But still, engineering faces a crisis of misunderstanding. The excitement and challenge of modern engineering is still not properly understood outside engineering. The word “engineering” itself is a problem—“applied science” might be a better description of what engineering means—but we are stuck with the word and we must make it work. Engineering needs to be as highly regarded in this country as it is in countries as diverse as Germany, Jordan and India.

Andrew Miller (Ellesmere Port and Neston) (Lab): It is not the word but the interpretation of the word that is the problem. A doctor of engineering is an honourable profession in Germany. We must get away from the class-based assumption that engineers have dirty fingernails. Engineering is a high-skilled profession, and we must reflect that in this debate.

Peter Luff: The hon. Gentleman explains the purpose of my remark better than I did, and I am grateful for his intervention.

Engineers cannot tell us what they do, at least not consistently. Ask an engineer what engineering is, and they will often give compelling answers that are brilliantly insightful, but engineers are all different. I think it was the Prime Minister who recently described engineers as

“the poets of the practical world.”

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He is right, and it is that sense of wonder at what engineering can achieve that will help us to achieve our objective of getting more young people into engineering.

I like the description on the bottom of a Women’s Engineering Society poster:

“Engineering is all around us. It’s in the phone in your hand and the shoes on you feet. It’s in sub-sea pipelines and supersonic planes, towering skyscrapers and nanotechnologies. It’s even in the perfectly-baked cupcake (ovens don’t heat themselves). And its engineers who make all this possible—just try imagining a world without them.”

We must make engineering more diverse, not for the sake of political correctness but because members of ethnic minorities and women who are not engineers but could be are missing out on one of life’s great opportunities. Engineering skills shortages would be considerably less acute if we could make engineering more diverse.

I am grateful to the Women’s Engineering Society for drawing my attention to an article in this month’s Top Gear magazine containing 40 images of a Formula 1 team. All the people are white men except the press officer and the six hospitality staff, who are in short skirts, of course. Intriguingly, the head of electronics looks rather like Doc Brown from “Back to the Future.” Perhaps Top Gear wants to take us back to the future of a world in which engineering is dominated entirely by men. Even Jeremy Clarkson might be a little embarrassed by the stereotypes portrayed in the article. The girls at Silverstone university technical college, whom the article purports to be about, are very cross that they are being so badly misrepresented by the magazine. I think Top Gear will be correcting the record, but the article is an example of the kind of problems we face.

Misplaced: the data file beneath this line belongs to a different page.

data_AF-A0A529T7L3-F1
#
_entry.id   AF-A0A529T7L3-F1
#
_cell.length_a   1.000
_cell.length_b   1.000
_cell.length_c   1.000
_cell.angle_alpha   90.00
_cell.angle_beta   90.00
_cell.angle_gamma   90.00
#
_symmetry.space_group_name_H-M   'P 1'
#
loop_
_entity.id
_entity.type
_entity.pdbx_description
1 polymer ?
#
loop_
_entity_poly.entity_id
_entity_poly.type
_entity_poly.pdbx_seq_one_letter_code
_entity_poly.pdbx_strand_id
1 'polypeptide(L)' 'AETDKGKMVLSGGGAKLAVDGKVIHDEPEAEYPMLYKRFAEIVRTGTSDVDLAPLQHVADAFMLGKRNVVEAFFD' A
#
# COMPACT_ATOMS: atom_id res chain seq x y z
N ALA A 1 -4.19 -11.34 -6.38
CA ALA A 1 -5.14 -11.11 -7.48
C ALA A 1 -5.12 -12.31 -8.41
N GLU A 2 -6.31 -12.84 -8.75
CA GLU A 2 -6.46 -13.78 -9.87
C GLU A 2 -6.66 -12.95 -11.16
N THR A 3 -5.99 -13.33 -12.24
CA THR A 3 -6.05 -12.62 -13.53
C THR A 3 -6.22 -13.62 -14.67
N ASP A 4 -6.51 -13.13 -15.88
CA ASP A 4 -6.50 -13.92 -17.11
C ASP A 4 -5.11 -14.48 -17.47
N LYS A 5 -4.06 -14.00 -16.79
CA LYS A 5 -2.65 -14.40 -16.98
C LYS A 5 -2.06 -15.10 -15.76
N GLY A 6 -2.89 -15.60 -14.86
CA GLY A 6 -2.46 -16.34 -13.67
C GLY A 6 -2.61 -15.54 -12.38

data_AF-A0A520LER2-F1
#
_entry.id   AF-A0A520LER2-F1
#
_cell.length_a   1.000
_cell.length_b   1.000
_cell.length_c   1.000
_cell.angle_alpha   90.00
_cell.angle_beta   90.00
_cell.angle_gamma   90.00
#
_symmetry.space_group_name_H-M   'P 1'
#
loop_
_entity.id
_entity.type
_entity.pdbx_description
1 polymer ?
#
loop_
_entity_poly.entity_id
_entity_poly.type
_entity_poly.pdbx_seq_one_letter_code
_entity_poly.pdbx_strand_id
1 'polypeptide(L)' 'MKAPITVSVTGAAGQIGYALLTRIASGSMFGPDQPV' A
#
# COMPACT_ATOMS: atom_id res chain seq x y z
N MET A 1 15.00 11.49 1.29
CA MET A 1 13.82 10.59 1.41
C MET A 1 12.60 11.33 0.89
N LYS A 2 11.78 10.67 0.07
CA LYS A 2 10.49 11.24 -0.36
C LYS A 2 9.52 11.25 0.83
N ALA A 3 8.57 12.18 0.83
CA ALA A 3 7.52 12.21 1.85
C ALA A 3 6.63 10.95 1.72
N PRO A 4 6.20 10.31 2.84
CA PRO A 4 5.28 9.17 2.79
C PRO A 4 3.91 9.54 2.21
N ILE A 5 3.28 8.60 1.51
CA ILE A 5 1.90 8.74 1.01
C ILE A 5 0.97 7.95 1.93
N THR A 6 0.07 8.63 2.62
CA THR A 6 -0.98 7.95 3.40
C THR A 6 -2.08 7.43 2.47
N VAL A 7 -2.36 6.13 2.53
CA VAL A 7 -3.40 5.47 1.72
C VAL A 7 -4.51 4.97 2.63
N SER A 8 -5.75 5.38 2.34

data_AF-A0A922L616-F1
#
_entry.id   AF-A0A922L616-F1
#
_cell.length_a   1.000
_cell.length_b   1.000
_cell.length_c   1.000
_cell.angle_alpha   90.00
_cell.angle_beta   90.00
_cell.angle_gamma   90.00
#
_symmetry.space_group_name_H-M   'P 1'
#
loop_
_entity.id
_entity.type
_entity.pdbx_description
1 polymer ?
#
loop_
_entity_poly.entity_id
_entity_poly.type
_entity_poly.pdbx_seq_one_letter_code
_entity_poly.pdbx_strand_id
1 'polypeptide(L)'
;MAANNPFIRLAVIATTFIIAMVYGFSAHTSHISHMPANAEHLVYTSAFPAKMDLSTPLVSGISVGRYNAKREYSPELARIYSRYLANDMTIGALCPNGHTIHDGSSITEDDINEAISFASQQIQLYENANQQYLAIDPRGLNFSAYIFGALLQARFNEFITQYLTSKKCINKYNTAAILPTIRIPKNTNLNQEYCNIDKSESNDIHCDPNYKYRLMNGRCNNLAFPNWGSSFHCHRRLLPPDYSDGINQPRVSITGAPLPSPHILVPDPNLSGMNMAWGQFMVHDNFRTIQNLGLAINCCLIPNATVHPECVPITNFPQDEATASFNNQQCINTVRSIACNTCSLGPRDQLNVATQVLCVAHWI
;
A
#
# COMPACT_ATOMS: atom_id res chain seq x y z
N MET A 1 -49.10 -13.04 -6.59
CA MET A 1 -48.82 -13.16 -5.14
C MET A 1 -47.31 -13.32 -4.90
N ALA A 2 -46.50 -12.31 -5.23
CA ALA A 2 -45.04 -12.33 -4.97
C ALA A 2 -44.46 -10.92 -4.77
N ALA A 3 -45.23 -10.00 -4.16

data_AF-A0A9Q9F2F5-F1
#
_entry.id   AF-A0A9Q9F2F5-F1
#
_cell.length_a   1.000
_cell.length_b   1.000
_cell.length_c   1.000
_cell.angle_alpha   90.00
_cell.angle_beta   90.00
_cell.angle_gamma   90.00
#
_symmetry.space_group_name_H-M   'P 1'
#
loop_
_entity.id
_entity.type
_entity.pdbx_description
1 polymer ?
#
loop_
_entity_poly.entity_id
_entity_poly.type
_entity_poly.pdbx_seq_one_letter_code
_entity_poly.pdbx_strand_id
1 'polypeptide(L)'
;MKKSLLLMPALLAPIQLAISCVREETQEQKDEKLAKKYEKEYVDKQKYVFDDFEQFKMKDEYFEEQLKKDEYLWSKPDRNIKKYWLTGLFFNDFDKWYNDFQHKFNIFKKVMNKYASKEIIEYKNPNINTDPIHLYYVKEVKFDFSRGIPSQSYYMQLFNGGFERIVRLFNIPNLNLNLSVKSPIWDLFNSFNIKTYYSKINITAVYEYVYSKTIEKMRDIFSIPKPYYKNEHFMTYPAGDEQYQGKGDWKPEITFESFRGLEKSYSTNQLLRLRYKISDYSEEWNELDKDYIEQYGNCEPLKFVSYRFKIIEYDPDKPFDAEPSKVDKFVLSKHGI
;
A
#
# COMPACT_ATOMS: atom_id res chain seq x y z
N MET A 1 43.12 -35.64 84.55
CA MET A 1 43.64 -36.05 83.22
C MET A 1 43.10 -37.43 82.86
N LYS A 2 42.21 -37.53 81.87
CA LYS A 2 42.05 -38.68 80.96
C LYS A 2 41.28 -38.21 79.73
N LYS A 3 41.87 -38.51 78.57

Chi Onwurah (Newcastle upon Tyne Central) (Lab): I thank the hon. Gentleman for giving way. I apologise for being late and because I cannot stay for this important debate due to other engagements. I congratulate him on bringing forward this critical debate. Does he agree that that Top Gear illustration shows not only how engineering is often portrayed in the media, but also the challenge for young girls seeking to go into engineering—as I did, as a chartered engineer? It is a negative portrayal of what can actually be a most inspiring, engaging and fulfilling career.

Peter Luff: I absolutely agree. Having come from an engineering background, the hon. Lady says that with much more effect than I can—politics’ gain is engineering’s loss. I am most grateful for her helpful and entirely correct remarks.

In a ten-minute rule Bill in February, I tried to be simple and focused. I wanted to increase demand from young people and to make them more enthusiastic about pursuing STEM subjects—science, technology, engineering and maths—and careers, whether as apprentices or graduates; to inspire them about the possibilities in engineering, science and technology; to show them by practical example and experience while at school that engineering and technology are exciting and important careers; and then to sustain that interest throughout their time at school.

Some things have changed for the better since February. A new design and technology curriculum provides the opportunity for schools to work with businesses to deepen understanding of the realities of engineering,


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which was my first objective. I want to pay real tribute to my hon. Friend the Member for South West Norfolk (Elizabeth Truss), the Minister with responsibility for schools, for working with all groups involved to transform the Government’s original proposals. Sadly, I see fewer signs than I would like that the Department for Education really understands its role in helping young people to prepare for the world of work. Employers still sense reluctance at the Department for Education to regard schools, in the memorable phrase of my hon. Friend the Member for Gosport (Caroline Dinenage), who hoped to be here but is sadly indisposed, as part of the supply chain for industry.